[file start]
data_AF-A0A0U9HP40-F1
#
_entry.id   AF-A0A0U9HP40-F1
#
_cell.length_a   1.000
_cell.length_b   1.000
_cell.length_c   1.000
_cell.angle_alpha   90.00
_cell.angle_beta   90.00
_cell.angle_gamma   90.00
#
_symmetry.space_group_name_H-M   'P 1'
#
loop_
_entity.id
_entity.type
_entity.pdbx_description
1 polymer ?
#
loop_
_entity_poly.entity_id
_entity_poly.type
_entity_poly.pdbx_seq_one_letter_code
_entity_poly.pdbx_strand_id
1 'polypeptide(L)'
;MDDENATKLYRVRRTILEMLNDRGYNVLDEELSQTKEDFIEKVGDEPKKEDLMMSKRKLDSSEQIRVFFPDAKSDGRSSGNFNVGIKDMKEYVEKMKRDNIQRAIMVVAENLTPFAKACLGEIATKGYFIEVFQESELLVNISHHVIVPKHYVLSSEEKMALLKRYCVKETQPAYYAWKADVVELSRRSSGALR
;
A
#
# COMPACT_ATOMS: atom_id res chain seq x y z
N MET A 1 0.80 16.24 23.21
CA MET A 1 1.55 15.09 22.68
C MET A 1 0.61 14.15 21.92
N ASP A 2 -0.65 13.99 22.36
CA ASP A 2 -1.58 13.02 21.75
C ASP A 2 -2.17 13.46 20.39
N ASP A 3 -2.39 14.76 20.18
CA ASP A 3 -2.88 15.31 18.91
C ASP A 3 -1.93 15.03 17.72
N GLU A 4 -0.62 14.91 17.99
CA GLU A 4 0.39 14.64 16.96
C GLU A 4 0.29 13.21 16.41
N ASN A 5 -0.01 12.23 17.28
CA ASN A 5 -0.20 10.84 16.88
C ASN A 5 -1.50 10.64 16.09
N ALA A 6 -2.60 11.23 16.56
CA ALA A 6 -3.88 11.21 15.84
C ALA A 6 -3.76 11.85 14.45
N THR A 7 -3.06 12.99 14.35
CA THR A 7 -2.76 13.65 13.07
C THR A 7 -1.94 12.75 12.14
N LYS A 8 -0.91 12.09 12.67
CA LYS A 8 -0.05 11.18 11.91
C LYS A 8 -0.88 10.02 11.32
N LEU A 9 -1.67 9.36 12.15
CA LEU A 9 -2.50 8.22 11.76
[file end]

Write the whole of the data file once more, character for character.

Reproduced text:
data_AF-A0A0U9HP40-F1
#
_entry.id   AF-A0A0U9HP40-F1
#
_cell.length_a   1.000
_cell.length_b   1.000
_cell.length_c   1.000
_cell.angle_alpha   90.00
_cell.angle_beta   90.00
_cell.angle_gamma   90.00
#
_symmetry.space_group_name_H-M   'P 1'
#
loop_
_entity.id
_entity.type
_entity.pdbx_description
1 polymer ?
#
loop_
_entity_poly.entity_id
_entity_poly.type
_entity_poly.pdbx_seq_one_letter_code
_entity_poly.pdbx_strand_id
1 'polypeptide(L)'
;MDDENATKLYRVRRTILEMLNDRGYNVLDEELSQTKEDFIEKVGDEPKKEDLMMSKRKLDSSEQIRVFFPDAKSDGRSSGNFNVGIKDMKEYVEKMKRDNIQRAIMVVAENLTPFAKACLGEIATKGYFIEVFQESELLVNISHHVIVPKHYVLSSEEKMALLKRYCVKETQPAYYAWKADVVELSRRSSGALR
;
A
#
# COMPACT_ATOMS: atom_id res chain seq x y z
N MET A 1 0.80 16.24 23.21
CA MET A 1 1.55 15.09 22.68
C MET A 1 0.61 14.15 21.92
N ASP A 2 -0.65 13.99 22.36
CA ASP A 2 -1.58 13.02 21.75
C ASP A 2 -2.17 13.46 20.39
N ASP A 3 -2.39 14.76 20.18
CA ASP A 3 -2.88 15.31 18.91
C ASP A 3 -1.93 15.03 17.72
N GLU A 4 -0.62 14.91 17.99
CA GLU A 4 0.39 14.64 16.96
C GLU A 4 0.29 13.21 16.41
N ASN A 5 -0.01 12.23 17.28
CA ASN A 5 -0.20 10.84 16.88
C ASN A 5 -1.50 10.64 16.09
N ALA A 6 -2.60 11.23 16.56
CA ALA A 6 -3.88 11.21 15.84
C ALA A 6 -3.76 11.85 14.45
N THR A 7 -3.06 12.99 14.35
CA THR A 7 -2.76 13.65 13.07
C THR A 7 -1.94 12.75 12.14
N LYS A 8 -0.91 12.09 12.67
CA LYS A 8 -0.05 11.18 11.91
C LYS A 8 -0.88 10.02 11.32
N LEU A 9 -1.67 9.36 12.15
CA LEU A 9 -2.50 8.22 11.76